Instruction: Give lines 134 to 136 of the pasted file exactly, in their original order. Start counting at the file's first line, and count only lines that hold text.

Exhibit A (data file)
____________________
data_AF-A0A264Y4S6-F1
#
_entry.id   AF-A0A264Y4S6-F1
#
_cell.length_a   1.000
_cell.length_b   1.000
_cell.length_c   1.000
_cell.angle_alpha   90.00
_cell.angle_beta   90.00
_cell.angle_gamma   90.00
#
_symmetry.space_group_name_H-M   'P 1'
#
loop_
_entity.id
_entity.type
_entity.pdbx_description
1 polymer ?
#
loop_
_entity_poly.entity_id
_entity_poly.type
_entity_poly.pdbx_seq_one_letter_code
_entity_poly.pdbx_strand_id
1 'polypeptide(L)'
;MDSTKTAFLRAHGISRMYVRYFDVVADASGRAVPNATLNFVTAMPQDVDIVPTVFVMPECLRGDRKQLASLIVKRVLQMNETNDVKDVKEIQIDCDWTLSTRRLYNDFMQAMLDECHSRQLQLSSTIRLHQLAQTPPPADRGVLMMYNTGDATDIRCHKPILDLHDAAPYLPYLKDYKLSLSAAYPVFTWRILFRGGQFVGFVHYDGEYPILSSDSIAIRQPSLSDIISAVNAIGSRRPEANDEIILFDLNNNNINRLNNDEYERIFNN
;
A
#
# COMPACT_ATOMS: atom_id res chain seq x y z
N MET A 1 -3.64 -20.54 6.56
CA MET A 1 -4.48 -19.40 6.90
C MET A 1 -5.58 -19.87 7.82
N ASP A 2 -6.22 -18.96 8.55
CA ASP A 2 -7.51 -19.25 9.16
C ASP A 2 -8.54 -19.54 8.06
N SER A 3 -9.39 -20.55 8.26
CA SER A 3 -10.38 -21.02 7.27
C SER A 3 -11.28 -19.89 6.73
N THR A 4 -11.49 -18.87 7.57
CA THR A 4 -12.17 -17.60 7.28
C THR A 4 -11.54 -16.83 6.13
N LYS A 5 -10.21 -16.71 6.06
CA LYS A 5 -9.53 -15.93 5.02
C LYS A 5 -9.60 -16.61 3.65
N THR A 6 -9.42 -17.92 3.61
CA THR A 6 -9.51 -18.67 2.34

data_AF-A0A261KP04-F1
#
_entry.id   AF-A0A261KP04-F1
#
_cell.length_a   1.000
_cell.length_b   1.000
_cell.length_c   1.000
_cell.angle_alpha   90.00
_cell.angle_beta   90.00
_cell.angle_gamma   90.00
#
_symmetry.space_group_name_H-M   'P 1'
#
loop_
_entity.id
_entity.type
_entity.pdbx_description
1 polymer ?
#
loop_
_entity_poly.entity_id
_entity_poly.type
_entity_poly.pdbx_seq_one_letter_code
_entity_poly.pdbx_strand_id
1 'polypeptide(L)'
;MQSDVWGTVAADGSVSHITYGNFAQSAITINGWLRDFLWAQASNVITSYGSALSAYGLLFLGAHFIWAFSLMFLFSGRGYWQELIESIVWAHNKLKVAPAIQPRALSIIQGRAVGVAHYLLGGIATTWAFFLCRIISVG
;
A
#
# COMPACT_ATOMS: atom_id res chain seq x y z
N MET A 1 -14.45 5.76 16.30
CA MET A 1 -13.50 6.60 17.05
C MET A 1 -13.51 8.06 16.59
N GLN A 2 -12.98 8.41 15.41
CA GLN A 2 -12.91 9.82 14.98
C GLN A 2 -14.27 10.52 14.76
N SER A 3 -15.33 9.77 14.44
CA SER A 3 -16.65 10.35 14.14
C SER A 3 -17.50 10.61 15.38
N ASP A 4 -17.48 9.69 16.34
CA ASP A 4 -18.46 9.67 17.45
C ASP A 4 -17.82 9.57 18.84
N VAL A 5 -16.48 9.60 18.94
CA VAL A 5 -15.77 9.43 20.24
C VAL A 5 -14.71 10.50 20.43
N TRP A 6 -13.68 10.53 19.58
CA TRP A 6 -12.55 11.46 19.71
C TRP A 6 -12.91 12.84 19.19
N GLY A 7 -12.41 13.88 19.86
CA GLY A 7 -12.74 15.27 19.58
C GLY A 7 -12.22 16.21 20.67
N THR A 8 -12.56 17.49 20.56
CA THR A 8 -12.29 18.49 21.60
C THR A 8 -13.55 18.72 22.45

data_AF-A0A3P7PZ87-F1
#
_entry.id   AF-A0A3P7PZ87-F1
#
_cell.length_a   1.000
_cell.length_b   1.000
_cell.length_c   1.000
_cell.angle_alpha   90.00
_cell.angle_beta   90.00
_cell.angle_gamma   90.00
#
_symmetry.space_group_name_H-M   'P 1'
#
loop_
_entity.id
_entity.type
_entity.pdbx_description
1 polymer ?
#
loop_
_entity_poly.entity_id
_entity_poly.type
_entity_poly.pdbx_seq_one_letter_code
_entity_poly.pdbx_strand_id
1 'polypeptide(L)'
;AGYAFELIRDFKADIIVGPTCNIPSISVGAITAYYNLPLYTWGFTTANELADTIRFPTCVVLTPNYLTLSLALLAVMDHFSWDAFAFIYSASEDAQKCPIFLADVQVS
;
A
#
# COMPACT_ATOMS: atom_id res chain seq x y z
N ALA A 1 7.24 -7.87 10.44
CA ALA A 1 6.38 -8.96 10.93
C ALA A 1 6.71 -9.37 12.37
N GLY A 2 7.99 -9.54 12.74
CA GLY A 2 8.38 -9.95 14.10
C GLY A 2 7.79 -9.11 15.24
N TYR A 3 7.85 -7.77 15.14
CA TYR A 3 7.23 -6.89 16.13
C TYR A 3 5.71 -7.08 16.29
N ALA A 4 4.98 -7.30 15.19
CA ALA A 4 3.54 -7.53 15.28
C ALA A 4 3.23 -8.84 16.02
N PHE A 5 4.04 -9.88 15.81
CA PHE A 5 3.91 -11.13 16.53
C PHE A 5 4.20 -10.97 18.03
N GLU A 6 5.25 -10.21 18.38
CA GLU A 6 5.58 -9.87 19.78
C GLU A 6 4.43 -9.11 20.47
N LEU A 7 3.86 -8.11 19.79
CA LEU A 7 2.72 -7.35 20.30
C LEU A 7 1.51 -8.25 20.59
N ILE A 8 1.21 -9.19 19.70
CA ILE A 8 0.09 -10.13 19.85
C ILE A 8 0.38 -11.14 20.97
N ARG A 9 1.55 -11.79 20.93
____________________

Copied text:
C ALA A 1 6.71 -9.37 12.37
N GLY A 2 7.99 -9.54 12.74
CA GLY A 2 8.38 -9.95 14.10